Becoming Irish... a Tragic Story...

by - Wednesday, February 07, 2018

So it seems that becoming Irish isn't really as easy as it seems.  Becoming British was no problem whatsoever - this whole Irish thing?  It's shite.

Step 1 - find out that to claim Irish citizenship, and therefor then be entitled to a passport, one needs to pay 300 EUROS to register as a foreign birth. €300 is like a billion dollars Canadian (okay, about $500 Canadian)!

Step 2 - begin ordering about a billion birth/death/marriage/divorce records from three different countries to the tune of about $200.

Step 2b - realize that your last name has about a hundred different spellings in Ireland, and that if you have an O' name, the O' may or may not be on official records throughout time, and that it seems the English just added an O' to the last name of anyone who emigrated from Ireland.

Step 3 - realize that while you did order a tonne of records from Ireland, you did it for the wrong John O'common-last-name-in-Ireland (to the tune of €20 each!), and have to re-order them for the right John O'common-last-name-in-Ireland.

Step 4 - try and figure out the date your biodad died so that you can order a copy of his death certificate (we'd been estranged since I was a teen, and only knew the month/year of his death), and then when you get the death certificate, find that he's assumed his mother's maiden name as his last name, so his birth certificate and death certificate don't match.  Contact the Vital Statistics office to see if a formal name change was made, and they can't confirm or deny because why I want the information is "not on the official list of reasons they'd give out that information", but can confirm that at the time of his death, you could basically have whatever name you wanted on your death certificate.  So yeah, that really helps me.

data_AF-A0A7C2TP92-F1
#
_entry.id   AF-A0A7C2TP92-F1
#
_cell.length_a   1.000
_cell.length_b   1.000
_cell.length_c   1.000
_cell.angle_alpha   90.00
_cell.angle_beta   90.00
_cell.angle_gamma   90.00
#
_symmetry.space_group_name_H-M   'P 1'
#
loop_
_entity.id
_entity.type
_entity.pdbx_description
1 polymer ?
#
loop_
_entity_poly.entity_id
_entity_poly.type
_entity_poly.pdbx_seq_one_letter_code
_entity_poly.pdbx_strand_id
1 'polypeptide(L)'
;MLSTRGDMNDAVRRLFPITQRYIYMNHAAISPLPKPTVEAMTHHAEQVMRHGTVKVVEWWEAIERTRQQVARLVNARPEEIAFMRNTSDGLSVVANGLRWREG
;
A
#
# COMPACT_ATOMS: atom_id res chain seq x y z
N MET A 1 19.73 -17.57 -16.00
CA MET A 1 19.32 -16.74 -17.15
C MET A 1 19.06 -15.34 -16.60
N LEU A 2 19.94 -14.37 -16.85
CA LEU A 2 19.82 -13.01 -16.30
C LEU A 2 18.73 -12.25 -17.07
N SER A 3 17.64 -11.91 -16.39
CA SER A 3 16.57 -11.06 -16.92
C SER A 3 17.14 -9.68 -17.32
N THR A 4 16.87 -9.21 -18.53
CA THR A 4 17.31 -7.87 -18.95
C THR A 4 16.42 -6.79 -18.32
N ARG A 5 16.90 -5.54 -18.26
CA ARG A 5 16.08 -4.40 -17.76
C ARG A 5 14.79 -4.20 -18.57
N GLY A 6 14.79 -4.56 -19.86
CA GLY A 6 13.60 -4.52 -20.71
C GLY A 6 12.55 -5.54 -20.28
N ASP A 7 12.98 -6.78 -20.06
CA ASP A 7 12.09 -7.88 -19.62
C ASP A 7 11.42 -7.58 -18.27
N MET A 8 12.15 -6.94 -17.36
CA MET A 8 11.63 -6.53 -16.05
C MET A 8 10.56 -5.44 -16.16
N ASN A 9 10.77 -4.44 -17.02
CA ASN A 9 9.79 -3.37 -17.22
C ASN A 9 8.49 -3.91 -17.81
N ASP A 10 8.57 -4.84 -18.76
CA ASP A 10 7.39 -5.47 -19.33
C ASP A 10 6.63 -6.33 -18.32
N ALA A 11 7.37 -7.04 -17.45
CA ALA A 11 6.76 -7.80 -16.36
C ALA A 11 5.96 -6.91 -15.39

Step 5 - realize that when you finally get the English death certificate of your grandfather (hello O'), the day/month match to his birth certificate, but his year of birth does not match.  But, you can tell it was your Aunt Tina who "picked up the body" so-to-speak, so you know you're dealing with the right John O'common-last-name-in-Ireland.  Bonus - at least the birth certificate year of birth matches what would be the age he was when he got married - because why have birth years on marriage certificates - just write down the age they were when they got married.  That's scientific.

Step 6 - email the Honourary Irish Consulate lady with your concerns that you now have a very expensive stack of birth/marriage/divorce/death certificates that may be completely useless given the number of anomalies between them, and hope that she can help so that you don't pay €300 for nothing.

Step 7 - whine, moan, and bitch on Twitter because you had a deadbeat dad who isn't good for anything even in his death because he was probably trying to avoid paying taxes or something and switched his last name for nefarious purposes.

Step 8 - make dinner, because, well, what else is there to do?

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